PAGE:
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August 4, 2011 2:34 pm
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The Elevator Interview – Ed Koch (Exclusive)

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Former Mayor Ed Koch. Photo: Ruvi Leider.

DK: What’s the most striking change you notice in NYC from the time you were mayor to now?

EK: A reduction to nearly zero of racial division which I attribute to Mayor Bloomberg’s style of governance.

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DK: Do you have a Jewish name? If so, what is it?

EK: Yiedel Itzak

DK: What’s going through your mind with regards to developments in Albany?

EK: The designation by the Brennan Centre for Justice of the Albany legislature as dysfunctional is an understatement.

DK: The Associated Press reported that you have chosen to include on your tombstone (may you live a long, healthy life!) the line, “He was fiercely proud of his Jewish faith.” What makes you fiercely proud of Judaism?

EK: The traditions, particularly the sense of justice that Judaism teaches.  The biblical statement “Justice, Justice shalt thou render” has been explained by the sages to mean, justice for the non-Jew as well as the Jew.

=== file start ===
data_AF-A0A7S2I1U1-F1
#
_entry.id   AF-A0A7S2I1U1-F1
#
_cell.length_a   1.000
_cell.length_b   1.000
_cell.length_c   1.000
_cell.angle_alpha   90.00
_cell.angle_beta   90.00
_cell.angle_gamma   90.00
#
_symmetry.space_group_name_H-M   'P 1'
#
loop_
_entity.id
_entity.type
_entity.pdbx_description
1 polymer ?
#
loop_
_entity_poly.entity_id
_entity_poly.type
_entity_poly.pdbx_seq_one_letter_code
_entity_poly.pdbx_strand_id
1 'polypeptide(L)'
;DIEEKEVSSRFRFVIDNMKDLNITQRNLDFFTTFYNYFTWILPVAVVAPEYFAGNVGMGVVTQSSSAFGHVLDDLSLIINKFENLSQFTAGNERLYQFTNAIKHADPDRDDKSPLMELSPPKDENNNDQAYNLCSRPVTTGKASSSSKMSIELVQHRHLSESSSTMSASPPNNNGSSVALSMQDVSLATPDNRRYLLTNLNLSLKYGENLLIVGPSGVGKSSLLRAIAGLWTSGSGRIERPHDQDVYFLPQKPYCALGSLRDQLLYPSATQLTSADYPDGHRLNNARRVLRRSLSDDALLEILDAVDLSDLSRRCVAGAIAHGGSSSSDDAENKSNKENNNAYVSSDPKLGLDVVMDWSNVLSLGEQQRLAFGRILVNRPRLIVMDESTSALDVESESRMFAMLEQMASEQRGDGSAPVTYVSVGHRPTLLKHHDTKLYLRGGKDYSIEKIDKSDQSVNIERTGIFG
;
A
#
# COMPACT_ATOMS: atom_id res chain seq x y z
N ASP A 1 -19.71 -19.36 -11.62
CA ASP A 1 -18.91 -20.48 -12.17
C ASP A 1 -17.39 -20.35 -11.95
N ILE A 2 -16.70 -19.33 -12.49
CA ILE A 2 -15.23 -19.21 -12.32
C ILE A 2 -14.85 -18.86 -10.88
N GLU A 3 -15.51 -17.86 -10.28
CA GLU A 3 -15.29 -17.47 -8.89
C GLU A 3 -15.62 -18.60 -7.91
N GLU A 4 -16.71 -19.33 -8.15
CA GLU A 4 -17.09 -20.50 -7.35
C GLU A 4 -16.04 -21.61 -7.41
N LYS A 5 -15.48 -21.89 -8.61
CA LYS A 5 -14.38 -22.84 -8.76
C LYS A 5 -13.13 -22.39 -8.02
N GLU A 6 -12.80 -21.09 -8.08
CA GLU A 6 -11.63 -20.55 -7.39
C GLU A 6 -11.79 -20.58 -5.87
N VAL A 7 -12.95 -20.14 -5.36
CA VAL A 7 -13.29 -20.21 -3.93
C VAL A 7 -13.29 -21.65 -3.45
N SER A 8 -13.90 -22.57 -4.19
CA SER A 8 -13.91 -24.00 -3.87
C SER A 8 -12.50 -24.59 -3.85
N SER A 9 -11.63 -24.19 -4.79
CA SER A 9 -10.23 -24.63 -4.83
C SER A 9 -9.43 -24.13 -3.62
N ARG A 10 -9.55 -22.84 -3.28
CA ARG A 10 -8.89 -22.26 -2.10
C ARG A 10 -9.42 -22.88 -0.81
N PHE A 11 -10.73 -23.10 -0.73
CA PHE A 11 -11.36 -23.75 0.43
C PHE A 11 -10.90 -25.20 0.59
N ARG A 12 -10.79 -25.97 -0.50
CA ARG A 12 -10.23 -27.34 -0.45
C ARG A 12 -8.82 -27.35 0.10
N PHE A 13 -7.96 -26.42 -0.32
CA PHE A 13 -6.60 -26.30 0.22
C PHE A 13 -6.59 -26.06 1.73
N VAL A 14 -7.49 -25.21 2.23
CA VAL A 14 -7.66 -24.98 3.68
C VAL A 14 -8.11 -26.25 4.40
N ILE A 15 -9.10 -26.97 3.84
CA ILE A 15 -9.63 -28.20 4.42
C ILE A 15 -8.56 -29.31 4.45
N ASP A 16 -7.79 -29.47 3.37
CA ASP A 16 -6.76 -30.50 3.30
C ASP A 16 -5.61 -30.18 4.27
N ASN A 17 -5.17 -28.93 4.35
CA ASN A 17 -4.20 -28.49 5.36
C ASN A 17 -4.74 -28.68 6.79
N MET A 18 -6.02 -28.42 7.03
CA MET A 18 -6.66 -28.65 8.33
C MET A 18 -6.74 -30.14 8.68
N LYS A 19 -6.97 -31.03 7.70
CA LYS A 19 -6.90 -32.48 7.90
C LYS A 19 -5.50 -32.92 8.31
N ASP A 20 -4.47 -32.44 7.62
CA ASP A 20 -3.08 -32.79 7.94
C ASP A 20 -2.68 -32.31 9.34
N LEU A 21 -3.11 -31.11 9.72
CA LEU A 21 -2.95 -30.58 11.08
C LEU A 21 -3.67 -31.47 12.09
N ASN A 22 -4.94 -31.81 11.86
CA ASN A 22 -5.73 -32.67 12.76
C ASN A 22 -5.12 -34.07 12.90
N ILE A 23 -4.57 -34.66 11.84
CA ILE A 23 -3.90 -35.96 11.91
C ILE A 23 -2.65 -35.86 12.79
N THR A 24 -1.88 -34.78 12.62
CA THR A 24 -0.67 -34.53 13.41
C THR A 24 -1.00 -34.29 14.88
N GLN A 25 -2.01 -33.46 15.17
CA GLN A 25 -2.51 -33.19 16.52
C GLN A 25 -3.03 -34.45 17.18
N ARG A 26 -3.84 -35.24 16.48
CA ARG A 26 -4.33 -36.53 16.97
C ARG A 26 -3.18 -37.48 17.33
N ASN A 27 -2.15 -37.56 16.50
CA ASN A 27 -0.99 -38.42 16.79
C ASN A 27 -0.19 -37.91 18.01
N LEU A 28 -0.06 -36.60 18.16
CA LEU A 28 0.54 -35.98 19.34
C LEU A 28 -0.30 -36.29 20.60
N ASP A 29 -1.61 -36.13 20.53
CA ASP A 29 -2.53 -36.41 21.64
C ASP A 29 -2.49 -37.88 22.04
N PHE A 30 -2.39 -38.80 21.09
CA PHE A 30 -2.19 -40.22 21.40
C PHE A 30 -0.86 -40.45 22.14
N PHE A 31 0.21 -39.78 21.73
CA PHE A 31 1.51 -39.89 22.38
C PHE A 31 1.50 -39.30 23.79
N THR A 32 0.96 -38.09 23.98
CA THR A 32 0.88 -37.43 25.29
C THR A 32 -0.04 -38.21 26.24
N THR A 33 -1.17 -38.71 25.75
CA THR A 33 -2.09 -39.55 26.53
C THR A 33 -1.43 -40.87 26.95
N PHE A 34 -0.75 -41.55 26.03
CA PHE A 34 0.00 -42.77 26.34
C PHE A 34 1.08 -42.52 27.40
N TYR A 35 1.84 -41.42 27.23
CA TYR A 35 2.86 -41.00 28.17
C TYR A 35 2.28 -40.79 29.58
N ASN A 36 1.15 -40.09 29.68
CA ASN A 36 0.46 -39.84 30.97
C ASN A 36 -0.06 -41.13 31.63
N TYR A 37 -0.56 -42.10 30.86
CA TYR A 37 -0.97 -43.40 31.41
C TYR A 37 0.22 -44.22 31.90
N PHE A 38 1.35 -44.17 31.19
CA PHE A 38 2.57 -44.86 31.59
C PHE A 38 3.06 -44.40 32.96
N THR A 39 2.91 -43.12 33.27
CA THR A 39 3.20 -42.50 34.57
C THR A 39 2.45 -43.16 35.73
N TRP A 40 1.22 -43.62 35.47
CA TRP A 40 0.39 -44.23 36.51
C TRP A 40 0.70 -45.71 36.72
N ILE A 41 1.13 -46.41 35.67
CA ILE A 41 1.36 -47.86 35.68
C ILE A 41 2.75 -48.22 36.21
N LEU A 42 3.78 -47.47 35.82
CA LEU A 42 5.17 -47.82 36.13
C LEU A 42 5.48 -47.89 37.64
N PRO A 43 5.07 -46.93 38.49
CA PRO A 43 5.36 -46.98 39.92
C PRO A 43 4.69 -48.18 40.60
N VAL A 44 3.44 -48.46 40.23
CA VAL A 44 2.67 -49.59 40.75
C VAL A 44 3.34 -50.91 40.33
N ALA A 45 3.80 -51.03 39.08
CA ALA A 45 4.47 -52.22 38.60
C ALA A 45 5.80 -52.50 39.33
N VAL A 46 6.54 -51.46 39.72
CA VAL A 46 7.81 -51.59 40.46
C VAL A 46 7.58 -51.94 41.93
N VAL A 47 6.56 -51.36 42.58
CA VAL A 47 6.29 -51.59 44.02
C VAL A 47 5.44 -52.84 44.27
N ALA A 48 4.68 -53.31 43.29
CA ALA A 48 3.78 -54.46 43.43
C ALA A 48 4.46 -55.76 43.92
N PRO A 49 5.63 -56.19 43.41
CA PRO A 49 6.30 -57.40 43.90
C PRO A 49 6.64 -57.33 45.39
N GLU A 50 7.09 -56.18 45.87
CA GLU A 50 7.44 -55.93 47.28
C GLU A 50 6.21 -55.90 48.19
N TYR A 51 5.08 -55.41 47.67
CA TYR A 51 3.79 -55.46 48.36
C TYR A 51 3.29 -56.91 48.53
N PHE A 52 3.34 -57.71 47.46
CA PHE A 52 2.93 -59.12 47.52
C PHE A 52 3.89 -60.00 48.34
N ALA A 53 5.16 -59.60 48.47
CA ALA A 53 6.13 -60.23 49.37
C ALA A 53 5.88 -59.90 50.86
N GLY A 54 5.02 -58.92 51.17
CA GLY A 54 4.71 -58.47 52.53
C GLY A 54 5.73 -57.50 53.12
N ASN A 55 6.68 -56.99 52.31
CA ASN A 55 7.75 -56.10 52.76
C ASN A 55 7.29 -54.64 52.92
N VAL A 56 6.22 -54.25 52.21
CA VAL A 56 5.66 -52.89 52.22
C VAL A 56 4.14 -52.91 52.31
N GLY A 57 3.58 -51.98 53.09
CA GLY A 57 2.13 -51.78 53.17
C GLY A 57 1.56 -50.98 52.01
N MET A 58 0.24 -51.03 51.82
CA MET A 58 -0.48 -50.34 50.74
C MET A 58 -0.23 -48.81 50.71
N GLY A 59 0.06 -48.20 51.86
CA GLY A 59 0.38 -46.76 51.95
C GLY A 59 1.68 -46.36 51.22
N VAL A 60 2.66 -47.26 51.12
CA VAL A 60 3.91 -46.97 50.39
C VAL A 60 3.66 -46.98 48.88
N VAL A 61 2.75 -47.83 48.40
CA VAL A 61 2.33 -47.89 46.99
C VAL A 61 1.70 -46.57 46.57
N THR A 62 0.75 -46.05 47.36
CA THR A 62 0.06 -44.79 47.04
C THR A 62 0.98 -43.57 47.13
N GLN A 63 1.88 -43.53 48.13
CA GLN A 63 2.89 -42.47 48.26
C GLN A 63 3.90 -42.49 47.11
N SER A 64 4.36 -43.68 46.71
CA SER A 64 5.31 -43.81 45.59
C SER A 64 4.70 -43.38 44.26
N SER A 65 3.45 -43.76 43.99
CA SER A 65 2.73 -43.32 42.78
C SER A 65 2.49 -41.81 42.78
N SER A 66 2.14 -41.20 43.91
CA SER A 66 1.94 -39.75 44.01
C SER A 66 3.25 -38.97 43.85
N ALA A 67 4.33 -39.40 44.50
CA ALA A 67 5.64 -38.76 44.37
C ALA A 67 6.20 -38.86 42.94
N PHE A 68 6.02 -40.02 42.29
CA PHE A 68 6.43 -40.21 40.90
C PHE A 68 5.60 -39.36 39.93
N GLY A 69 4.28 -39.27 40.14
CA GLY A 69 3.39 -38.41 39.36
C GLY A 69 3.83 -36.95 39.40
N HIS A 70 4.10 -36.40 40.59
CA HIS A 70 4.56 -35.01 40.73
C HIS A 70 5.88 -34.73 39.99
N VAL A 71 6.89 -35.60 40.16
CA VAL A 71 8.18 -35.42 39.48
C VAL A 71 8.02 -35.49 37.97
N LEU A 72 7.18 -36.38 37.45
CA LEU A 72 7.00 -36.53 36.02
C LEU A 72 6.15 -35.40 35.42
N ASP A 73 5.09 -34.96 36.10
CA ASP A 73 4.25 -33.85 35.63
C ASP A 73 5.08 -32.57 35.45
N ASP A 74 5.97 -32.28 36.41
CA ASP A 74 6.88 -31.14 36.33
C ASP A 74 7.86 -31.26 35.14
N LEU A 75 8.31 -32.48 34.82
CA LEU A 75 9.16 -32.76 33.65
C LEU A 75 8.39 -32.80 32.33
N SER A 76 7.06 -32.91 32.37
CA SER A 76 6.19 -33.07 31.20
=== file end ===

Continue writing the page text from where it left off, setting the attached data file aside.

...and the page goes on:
DK: Is there a joke that still makes you laugh?

EK: A campaign anecdote from 1977:  I told a group of 200 elderly New Yorkers that a judge I knew who had been mugged that week called a press conference and said, “This mugging of me will not influence my decisions,” and an elderly woman stood up and said to me, “Then mug him again!”

DK: What was an interesting experience as Judge on the TV show The People’s Court?

EK: A man sued, alleging that a woman had called him on stage, sat him down and leaned over him with her heavy bosom and, said he, gave him a concussion.  Judgment for the woman.

DK: Israel. What’s there to still say?

EK: If I were the mediator, I have no doubt that I could settle the disagreements in two weeks of discussion.

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  • Dan Friedman

    We got a look at what makes Koch tick during the Tony Kushner embroglio. Koch came down on the side of the far left anti-Zionist Kushner and publicly, and hysterically, betrayed a longtime friend in the process.

  • Nathan Gross

    I think Ed Koch is seeking to change history. When Koch was Mayor, Jewish tradition meant nothing to him – and has written the nastiest vile statements against The Lubavitcher Rebbe as well as other Jewish leaders. In a statement, Koch exclaimed that he felt closer to Cardinal Mahoney than he did to the Lubavitcher Rebbe and other Jewish leaders. A Jew of “tradition” as Mr. Koch claims he is, does not “feel closer” to a Catholic Cardinal than to Rabbi’s of his own (supposed) faith.

    I guess now that Mr. Koch is an octogenarian, he realizes his Judaism does matter. If this is the case, then apologize to the Jewish leaders for the statements he made against them, as well as the ones he published in his books.

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